A recent comment
asked a question that is worth answering here as a full blog post. In the comment, the reader said:
You mention that “6039G is the infamous rule that triggers the quarterly publication of names of people who renounce U.S. citizenship”.
Aha! So the numbers that are oft-mentioned, such as 1,001 in 2014 Q1, are really only the ***covered expatriates**? Then surely, there must be an even greater number who expatriate by renouncing, but are not covered (such as the dual-citizen foreign-residing teenager entrepreneur), or who are relinquishing.
Is there any report or estimate of the number of people filing Form 8854 each year? Might the true number of people giving up US citizenship be hugely greater than is reported in the quarterly publication, perhaps more than 100,000 per year?
This is a really interesting question. What does Section 6039G really mean? Here is what the law says, at Section 6039G(a):
Notwithstanding any other provision of law, any individual to whom section 877(b) or 877A applies for any taxable year shall provide a statement for such taxable year which includes the information described in subsection (b).
So what does it mean to say you are an individual to whom Section 877A “applies”? Does it mean that Section 877A only applies to you if you must pay the exit tax imposed by Section 877A? If so, then Section 877A only applies to “covered expatriates” and if you are not a “covered expatriate” then we have an interesting possibility: Section 6039G doesn’t apply to you because it is triggered only by Section 877A being applicable to you. I don’t know the answer to that, but I suspect that the U.S. government would strongly argue to the contrary. The IRS eats paper and if they don’t get all the paper in the world they get hungry and grumpy. 🙂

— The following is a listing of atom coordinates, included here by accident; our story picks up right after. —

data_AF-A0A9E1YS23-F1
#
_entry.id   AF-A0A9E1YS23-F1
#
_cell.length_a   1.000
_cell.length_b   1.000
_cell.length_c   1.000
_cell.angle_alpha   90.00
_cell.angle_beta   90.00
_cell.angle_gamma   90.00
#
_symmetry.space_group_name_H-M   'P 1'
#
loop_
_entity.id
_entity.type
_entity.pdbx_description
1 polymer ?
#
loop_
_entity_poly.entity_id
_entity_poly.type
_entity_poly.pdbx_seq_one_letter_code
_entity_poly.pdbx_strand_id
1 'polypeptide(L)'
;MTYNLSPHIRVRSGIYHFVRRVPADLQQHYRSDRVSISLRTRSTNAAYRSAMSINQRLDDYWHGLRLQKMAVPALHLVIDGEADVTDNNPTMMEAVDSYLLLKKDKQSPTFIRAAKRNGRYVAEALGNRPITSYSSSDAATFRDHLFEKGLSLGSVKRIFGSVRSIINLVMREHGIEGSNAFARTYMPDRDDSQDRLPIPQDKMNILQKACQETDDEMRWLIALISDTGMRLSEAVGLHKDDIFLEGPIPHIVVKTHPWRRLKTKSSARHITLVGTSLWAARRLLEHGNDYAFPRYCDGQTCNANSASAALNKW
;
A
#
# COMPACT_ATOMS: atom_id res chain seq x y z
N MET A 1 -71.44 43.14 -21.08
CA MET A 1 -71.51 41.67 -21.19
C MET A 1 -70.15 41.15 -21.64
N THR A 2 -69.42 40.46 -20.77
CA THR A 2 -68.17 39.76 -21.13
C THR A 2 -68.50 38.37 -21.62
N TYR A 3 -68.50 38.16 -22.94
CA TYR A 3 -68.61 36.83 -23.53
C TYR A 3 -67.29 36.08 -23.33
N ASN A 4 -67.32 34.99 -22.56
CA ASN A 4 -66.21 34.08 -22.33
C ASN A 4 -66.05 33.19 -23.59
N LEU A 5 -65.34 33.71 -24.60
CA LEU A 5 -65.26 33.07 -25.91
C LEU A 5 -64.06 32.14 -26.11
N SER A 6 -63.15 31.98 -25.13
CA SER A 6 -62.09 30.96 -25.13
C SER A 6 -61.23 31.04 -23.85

But I digress.
The specific information-reporting requirement is found in the flush language at the end of Section 6039G(d):
Notwithstanding any other provision of law, not later than 30 days after the close of each calendar quarter, the Secretary shall publish in the Federal Register the name of each individual losing United States citizenship (within the meaning of section 877 (a) or 877A) with respect to whom the Secretary receives information under the preceding sentence during such quarter.
The “notwithstanding any other provision of law” language is the lazy Congressional staffer’s preferred method of writing laws. “I am too lazy to go and look to see if what I am doing is in conflict with other provisions of the law, so I am just throwing down this card and declaring it to be the ace of trump.” (Interesting question: what happens when two “notwithstanding any other provision of law” sentenced collide? Irresistible force meets immovable object. Let’s leave that for law school professors. How many angels can dance on the head of a pin?)
But I re-digress. Your question can be answered without medieval metaphysics.
The reporting requirement simply says “look at all of the people who lost citizenship as defined in Section 877 and 877A and publish a list of them.” It does not tie this reporting requirement to covered expatriate status.
Presumably this also includes long-term residents who abandon their green cards. I will pull out the lazy blogger card and throw it down, declaring that I am too lazy to follow the logic trail in Section 877A that says “long-term residents giving up green cards are the same as U.S. citizens giving up citizenship.” Yes, I self-declare as lazy. 🙂
I too have heard that the list published quarterly is woefully incomplete. Let us say this is true. What is the reason? I am inclined to follow Hanlon’s Razor: “Never attribute to malice that which is adequately explained by stupidity.” Bureaucracy is an exercise in subtractive intelligence. Two heads are not better than one for government work, because the brains involved are pulling in different directions.
The IRS should
be following the requirements of Section 6039G(d). It should
be publishing an accurate quarterly list of people who relinquish U.S. citizenship or who abandon their long-term resident status.
Invoking Hanlon’s Razor, we can explain possible ahem
discontinuities in the quarterly expatriate list reporting by the failures of bureaucracy.
Or, invoking Robert Heinlein’s variant — “Never attribute to malice that which can be adequately explained by stupidity, but don’t rule out malice” — we might take a look at the Lois Lerner show. And how the IRS has had stunningly convenient and well-targeted IT system failures
to protect itself against claims that the Service has morphed into a political tool rather than the even-handed collector of tax revenue for the Federal Government that it once was.